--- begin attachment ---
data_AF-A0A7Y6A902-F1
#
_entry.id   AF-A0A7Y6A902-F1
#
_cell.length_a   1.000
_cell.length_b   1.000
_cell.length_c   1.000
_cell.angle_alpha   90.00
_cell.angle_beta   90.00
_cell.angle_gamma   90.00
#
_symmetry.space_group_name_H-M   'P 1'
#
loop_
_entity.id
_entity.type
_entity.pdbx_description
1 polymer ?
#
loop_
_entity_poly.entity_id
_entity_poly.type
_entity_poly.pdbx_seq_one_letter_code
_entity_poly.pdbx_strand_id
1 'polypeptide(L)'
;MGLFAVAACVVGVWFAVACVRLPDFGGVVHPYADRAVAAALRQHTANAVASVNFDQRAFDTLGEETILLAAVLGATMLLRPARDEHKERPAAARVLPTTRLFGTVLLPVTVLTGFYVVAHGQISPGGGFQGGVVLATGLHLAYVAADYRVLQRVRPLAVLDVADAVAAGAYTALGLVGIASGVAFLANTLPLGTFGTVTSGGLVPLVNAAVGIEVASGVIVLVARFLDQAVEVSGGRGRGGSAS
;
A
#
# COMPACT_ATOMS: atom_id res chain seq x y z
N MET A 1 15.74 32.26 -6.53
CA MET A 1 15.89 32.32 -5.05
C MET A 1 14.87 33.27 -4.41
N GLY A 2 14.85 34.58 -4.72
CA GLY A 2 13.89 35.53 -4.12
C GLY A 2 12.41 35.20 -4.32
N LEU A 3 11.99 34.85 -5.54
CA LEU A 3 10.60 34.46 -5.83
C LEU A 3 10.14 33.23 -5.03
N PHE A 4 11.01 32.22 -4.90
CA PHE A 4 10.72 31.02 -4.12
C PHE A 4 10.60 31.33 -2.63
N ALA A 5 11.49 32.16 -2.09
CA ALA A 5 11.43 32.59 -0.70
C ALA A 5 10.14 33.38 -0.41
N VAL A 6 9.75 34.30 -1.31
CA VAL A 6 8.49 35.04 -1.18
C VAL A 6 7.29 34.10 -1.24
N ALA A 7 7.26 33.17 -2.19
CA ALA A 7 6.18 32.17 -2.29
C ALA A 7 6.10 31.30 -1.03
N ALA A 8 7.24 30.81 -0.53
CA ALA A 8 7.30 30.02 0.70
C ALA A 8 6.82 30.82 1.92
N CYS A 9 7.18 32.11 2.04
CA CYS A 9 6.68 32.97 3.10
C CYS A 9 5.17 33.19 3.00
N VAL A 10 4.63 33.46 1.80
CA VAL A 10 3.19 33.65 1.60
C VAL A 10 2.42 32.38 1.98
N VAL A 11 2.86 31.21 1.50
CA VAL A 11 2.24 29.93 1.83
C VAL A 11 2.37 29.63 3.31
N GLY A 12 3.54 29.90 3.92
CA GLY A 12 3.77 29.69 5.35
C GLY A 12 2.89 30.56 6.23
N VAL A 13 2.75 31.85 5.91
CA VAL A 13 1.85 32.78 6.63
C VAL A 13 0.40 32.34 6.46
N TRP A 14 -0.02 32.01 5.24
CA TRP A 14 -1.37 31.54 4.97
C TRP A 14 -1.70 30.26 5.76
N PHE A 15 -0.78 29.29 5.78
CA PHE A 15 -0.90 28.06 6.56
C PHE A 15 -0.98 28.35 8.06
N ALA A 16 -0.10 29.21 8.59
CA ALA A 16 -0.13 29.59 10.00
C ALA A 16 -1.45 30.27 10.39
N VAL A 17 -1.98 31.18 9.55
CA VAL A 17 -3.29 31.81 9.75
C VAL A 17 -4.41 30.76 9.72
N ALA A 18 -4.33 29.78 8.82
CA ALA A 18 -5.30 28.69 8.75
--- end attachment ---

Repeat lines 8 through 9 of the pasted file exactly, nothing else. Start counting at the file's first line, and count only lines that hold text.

_cell.angle_alpha   90.00
_cell.angle_beta   90.00